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Delivery of Gene Therapy Difficult in Breast Cancer

Delivery of Gene Therapy Difficult in Breast Cancer

NASHVILLE—In 1996, delivery difficulties were the major barrier to breast cancer gene therapy, Jeffrey T. Holt, MD, said at a plenary session of the San Antonio Breast Cancer Symposium.

"Since breast cancer is a largely systemic disease, and we can't deliver viral vectors systemically, it is difficult to see how we're going to make any major breakthroughs in breast cancer gene therapy until we come up with ways to do systemic gene therapy," he said.

In terms of regional gene therapy strategies, two basic protocols have been initiated in breast cancer—an antisense protocol in breast cancer pleural effusions and a vector protocol for chest wall recurrences.

"Again, because these treatments are nonsystemic, they are unlikely to produce any sort of long-term response," said Dr. Holt, associate professor of cell biology and pathology at the Vanderbilt University School of Medicine.

Intraperitoneal Administration

Gene therapy is currently a more viable approach in breast cancer's sister disease, ovarian cancer, he said, because late-stage ovarian cancer is predominantly an intraperitoneal disease. "If we can decrease the amount of intraperitoneal disease by a regional gene therapy approach," he said, "it is possible that we could have some sort of long-term benefits to the patient."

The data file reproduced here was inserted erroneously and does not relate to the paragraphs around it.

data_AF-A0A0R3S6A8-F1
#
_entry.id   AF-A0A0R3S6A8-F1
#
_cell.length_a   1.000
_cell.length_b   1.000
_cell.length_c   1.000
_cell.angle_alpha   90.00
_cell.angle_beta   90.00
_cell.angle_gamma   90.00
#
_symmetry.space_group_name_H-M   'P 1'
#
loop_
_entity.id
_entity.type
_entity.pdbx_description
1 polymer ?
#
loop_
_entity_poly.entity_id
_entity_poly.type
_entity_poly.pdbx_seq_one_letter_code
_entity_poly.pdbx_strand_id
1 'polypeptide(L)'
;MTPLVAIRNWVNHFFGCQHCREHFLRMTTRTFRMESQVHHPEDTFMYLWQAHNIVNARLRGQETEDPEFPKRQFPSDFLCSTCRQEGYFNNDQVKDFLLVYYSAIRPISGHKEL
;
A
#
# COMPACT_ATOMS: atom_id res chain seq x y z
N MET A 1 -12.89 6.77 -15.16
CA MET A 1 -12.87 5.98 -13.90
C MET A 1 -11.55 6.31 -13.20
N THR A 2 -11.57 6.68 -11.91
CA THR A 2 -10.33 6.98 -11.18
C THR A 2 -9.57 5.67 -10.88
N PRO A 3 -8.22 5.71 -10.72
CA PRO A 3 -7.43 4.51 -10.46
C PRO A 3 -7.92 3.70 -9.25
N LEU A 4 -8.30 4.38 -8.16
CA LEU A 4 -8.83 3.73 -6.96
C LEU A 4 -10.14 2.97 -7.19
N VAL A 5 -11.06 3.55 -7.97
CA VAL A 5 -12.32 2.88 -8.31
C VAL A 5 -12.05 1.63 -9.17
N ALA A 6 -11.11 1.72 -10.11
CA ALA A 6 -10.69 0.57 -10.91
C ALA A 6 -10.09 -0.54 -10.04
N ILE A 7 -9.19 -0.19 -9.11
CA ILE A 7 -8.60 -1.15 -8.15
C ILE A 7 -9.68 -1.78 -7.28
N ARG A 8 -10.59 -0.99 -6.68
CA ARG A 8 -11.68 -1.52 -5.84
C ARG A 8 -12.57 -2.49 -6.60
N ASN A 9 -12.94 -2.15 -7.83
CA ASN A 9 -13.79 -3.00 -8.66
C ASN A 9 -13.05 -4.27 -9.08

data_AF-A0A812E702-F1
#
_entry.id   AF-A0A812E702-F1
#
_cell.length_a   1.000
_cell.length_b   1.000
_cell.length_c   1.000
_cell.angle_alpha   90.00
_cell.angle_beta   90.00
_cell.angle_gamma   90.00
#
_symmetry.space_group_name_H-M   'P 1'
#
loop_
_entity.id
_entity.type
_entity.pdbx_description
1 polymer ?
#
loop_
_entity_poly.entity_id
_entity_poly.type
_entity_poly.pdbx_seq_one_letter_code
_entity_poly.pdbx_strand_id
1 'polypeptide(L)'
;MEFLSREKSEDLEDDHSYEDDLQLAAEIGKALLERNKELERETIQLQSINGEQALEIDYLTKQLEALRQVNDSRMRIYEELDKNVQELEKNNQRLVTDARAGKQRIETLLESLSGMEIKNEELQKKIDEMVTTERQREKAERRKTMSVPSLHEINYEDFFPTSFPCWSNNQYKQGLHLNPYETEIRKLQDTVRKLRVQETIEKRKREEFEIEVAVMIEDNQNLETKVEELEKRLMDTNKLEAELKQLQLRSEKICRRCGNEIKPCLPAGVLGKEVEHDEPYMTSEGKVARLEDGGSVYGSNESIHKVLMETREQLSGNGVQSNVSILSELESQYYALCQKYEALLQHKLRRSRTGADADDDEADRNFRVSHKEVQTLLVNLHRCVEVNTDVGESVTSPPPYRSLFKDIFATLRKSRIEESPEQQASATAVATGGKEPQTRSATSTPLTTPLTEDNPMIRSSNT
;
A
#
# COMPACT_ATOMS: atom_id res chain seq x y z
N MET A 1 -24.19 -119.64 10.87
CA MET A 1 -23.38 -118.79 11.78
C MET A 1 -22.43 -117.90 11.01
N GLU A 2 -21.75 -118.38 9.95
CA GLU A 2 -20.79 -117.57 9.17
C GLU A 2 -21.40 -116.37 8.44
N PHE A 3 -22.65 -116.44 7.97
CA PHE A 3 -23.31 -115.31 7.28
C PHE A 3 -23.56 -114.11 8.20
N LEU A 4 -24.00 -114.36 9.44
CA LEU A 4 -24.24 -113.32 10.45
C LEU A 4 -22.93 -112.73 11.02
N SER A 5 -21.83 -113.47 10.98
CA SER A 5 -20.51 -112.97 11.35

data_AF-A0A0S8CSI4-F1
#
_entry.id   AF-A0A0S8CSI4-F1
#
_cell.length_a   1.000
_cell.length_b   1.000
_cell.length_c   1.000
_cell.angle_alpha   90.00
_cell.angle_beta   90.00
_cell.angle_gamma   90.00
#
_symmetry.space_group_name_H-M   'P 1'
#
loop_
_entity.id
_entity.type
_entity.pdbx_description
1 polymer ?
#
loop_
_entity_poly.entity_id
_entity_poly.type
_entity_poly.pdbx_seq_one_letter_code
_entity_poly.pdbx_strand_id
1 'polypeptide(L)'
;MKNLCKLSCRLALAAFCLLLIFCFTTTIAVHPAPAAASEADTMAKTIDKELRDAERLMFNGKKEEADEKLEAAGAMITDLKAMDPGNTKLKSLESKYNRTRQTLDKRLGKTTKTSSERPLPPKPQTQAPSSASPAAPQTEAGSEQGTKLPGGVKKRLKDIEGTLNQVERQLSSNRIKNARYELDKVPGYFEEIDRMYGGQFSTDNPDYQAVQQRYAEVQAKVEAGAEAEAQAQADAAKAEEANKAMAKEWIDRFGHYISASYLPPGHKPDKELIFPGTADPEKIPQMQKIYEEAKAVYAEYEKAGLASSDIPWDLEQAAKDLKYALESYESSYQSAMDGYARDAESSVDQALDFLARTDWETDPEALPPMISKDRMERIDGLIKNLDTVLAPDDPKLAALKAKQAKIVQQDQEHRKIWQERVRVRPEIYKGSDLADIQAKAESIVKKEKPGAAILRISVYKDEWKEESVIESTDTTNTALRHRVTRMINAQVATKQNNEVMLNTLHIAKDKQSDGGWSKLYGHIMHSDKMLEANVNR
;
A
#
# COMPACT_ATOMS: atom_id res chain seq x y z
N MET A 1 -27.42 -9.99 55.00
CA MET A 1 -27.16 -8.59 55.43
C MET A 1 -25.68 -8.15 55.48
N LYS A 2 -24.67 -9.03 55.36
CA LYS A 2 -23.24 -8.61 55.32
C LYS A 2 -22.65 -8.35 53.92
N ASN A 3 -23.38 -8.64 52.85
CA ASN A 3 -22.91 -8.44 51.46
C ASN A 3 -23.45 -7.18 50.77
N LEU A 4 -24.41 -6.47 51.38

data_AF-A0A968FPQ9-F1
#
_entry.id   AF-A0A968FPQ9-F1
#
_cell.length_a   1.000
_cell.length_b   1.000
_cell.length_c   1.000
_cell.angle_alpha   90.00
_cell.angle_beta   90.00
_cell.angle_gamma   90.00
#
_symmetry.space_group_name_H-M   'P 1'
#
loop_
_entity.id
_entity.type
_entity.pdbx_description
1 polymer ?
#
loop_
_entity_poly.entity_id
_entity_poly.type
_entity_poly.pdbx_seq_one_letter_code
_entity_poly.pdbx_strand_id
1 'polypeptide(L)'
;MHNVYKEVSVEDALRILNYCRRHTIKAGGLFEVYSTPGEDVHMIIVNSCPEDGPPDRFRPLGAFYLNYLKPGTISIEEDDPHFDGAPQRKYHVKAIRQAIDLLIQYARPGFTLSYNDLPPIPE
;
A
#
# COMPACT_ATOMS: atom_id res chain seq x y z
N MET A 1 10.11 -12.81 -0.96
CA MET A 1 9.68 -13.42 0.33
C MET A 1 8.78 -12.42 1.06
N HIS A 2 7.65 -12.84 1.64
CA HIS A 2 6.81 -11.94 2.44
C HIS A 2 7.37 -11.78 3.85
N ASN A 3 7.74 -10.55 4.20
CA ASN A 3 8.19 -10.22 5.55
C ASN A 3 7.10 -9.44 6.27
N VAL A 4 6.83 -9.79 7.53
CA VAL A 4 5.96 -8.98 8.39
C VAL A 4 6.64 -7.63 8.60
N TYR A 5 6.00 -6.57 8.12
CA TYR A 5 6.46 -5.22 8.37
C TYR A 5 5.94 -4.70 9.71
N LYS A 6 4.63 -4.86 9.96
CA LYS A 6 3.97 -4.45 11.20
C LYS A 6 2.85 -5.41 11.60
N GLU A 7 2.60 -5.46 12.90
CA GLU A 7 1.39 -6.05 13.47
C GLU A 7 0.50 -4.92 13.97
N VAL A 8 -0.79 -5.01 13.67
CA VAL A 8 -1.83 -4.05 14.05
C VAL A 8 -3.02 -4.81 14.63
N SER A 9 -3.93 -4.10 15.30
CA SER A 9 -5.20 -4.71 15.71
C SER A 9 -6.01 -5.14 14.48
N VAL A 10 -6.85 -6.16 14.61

He noted several other factors that make ovarian cancer a good target for gene therapy studies: Retroviral vectors are stable in peritoneal fluid; there are few competing therapies for late- stage ovarian cancer, which simplifies patient accrual; and since ovarian cancer can be measured by laparotomy, the stability of the vector can be assessed.

Finally, he said, there is a constant tumor suppressor defect in the disease. "Although the BRCA1 gene is mutated in only 5% to 10% of ovarian cancers, we have found that there is decreased expression of BRCA1 in the vast majority of ovarian cancers," Dr. Holt explained.

In a phase I trial of patients with stage III/IV ovarian cancer, researchers at Vanderbilt and the University of Washington are currently instilling into the peritoneal cavity as much as 20 billion vector particles a day of LXSN-BRCA1, a retroviral vector that expresses BRCA1, in an attempt to in-crease the level of tumor suppressor.

Twelve patients have been treated so far. They are given four daily infusions and examined after a month. If their disease has progressed, treatment is stopped; if they have stable disease or an objective response, treatment is continued.

Three patients have developed peritonitis, but it appears to be "somewhat idiosyncratic, not dose related," he said, since it was seen at several different dose levels. Some patients have had fever and myalgias.

The study has also shown that there is a stable vector in some patients even with repeat administration, suggesting that immune response is not significant. "We've only seen antibody formation to retroviral envelope in one patient to date," Dr. Holt said, "and in this patient, even though antibody was present, it didn't appear to affect stability."

Stability is affected by complement level within the peritoneal fluid; patients with stable vector tend to have low complement levels.

 
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